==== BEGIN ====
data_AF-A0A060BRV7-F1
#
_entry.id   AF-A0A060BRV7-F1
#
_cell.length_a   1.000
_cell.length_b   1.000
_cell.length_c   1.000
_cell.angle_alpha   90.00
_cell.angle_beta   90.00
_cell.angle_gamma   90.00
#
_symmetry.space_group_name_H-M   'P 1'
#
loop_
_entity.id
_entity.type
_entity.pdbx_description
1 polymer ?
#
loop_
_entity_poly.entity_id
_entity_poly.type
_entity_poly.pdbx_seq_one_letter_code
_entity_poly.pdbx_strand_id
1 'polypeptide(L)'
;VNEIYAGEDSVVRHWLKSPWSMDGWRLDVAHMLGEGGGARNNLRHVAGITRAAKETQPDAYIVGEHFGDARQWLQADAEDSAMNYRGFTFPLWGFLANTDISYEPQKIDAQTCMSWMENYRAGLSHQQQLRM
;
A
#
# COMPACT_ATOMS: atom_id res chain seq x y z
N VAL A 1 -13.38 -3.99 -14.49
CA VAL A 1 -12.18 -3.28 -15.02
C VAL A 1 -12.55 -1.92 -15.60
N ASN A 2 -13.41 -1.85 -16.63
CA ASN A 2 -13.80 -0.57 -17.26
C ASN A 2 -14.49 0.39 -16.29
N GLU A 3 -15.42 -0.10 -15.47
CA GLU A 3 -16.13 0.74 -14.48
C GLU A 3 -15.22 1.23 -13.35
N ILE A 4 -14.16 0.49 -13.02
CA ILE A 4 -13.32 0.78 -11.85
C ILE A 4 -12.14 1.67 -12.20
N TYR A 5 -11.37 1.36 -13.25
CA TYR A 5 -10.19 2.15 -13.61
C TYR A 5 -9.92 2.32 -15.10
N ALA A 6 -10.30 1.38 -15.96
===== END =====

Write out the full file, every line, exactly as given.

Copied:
data_AF-A0A060BRV7-F1
#
_entry.id   AF-A0A060BRV7-F1
#
_cell.length_a   1.000
_cell.length_b   1.000
_cell.length_c   1.000
_cell.angle_alpha   90.00
_cell.angle_beta   90.00
_cell.angle_gamma   90.00
#
_symmetry.space_group_name_H-M   'P 1'
#
loop_
_entity.id
_entity.type
_entity.pdbx_description
1 polymer ?
#
loop_
_entity_poly.entity_id
_entity_poly.type
_entity_poly.pdbx_seq_one_letter_code
_entity_poly.pdbx_strand_id
1 'polypeptide(L)'
;VNEIYAGEDSVVRHWLKSPWSMDGWRLDVAHMLGEGGGARNNLRHVAGITRAAKETQPDAYIVGEHFGDARQWLQADAEDSAMNYRGFTFPLWGFLANTDISYEPQKIDAQTCMSWMENYRAGLSHQQQLRM
;
A
#
# COMPACT_ATOMS: atom_id res chain seq x y z
N VAL A 1 -13.38 -3.99 -14.49
CA VAL A 1 -12.18 -3.28 -15.02
C VAL A 1 -12.55 -1.92 -15.60
N ASN A 2 -13.41 -1.85 -16.63
CA ASN A 2 -13.80 -0.57 -17.26
C ASN A 2 -14.49 0.39 -16.29
N GLU A 3 -15.42 -0.10 -15.47
CA GLU A 3 -16.13 0.74 -14.48
C GLU A 3 -15.22 1.23 -13.35
N ILE A 4 -14.16 0.49 -13.02
CA ILE A 4 -13.32 0.78 -11.85
C ILE A 4 -12.14 1.67 -12.20
N TYR A 5 -11.37 1.36 -13.25
CA TYR A 5 -10.19 2.15 -13.61
C TYR A 5 -9.92 2.32 -15.10
N ALA A 6 -10.30 1.38 -15.96